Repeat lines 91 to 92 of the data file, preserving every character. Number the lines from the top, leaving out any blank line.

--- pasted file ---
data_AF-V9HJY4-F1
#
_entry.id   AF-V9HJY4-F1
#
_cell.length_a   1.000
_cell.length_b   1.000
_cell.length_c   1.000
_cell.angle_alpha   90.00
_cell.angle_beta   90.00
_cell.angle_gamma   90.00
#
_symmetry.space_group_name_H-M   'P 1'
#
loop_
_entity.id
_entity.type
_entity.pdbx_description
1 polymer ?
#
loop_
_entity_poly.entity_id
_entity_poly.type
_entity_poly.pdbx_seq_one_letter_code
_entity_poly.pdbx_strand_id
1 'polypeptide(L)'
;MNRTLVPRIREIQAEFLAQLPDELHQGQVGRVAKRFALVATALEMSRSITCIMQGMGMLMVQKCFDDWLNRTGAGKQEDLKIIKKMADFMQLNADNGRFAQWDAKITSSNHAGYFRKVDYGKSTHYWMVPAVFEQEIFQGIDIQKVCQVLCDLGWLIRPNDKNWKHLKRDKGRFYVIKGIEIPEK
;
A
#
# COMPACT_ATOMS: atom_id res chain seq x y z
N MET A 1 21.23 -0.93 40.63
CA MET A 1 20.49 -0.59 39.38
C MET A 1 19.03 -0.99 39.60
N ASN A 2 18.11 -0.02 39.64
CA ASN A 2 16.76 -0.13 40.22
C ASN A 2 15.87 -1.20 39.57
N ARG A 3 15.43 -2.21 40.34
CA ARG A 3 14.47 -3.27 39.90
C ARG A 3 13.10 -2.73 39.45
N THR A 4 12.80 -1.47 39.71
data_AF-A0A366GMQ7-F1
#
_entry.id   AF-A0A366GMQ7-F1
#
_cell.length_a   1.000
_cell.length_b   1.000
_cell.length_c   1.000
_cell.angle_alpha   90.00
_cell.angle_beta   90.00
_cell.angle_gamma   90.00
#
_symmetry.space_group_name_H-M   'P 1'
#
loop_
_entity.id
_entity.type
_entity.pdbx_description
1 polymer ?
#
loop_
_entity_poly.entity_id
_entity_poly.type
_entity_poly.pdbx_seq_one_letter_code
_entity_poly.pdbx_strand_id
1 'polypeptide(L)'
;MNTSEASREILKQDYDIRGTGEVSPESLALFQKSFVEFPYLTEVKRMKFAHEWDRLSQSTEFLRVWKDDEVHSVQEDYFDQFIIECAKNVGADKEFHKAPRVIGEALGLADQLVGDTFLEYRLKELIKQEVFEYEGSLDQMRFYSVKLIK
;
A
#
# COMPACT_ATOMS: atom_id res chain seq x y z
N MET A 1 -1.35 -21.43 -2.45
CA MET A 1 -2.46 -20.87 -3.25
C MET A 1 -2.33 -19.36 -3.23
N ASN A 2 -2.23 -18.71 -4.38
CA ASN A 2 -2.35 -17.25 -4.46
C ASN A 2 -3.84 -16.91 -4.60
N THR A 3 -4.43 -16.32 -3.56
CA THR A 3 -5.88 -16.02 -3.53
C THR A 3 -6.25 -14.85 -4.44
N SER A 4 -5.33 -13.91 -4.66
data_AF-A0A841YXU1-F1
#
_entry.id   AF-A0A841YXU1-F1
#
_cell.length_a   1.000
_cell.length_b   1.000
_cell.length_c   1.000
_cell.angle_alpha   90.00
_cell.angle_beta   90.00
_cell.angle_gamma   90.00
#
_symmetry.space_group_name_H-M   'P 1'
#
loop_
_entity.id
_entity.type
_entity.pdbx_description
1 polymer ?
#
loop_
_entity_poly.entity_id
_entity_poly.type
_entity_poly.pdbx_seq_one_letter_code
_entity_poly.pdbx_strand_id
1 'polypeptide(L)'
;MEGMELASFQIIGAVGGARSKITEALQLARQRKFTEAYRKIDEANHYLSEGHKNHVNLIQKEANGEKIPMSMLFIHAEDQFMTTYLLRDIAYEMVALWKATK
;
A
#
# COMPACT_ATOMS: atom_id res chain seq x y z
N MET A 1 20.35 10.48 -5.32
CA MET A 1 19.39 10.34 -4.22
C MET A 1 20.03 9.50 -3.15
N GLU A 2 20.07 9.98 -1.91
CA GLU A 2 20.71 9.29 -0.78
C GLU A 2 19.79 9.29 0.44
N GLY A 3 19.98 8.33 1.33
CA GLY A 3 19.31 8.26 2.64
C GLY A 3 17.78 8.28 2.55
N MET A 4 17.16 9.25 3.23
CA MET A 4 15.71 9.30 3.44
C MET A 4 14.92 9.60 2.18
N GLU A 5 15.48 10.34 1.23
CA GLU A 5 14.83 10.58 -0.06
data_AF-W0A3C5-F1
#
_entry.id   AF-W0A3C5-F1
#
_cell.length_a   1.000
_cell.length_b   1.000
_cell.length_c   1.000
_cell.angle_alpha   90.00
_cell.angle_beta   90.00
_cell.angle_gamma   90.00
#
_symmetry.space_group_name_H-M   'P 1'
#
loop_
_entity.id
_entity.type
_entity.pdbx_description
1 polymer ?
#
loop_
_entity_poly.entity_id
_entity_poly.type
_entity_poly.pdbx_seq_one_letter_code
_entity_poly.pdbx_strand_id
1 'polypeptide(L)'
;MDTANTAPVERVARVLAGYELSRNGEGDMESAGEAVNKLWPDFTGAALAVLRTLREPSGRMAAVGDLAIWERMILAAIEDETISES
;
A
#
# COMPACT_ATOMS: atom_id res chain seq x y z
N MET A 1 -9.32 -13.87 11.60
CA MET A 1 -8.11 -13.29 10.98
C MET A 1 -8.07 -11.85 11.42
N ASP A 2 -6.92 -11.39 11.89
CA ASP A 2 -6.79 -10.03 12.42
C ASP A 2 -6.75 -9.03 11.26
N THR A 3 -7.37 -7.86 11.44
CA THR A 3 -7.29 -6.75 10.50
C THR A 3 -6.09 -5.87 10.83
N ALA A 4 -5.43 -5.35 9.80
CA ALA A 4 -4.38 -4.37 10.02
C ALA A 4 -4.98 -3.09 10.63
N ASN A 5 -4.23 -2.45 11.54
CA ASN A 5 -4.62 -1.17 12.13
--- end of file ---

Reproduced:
#
_symmetry.space_group_name_H-M   'P 1'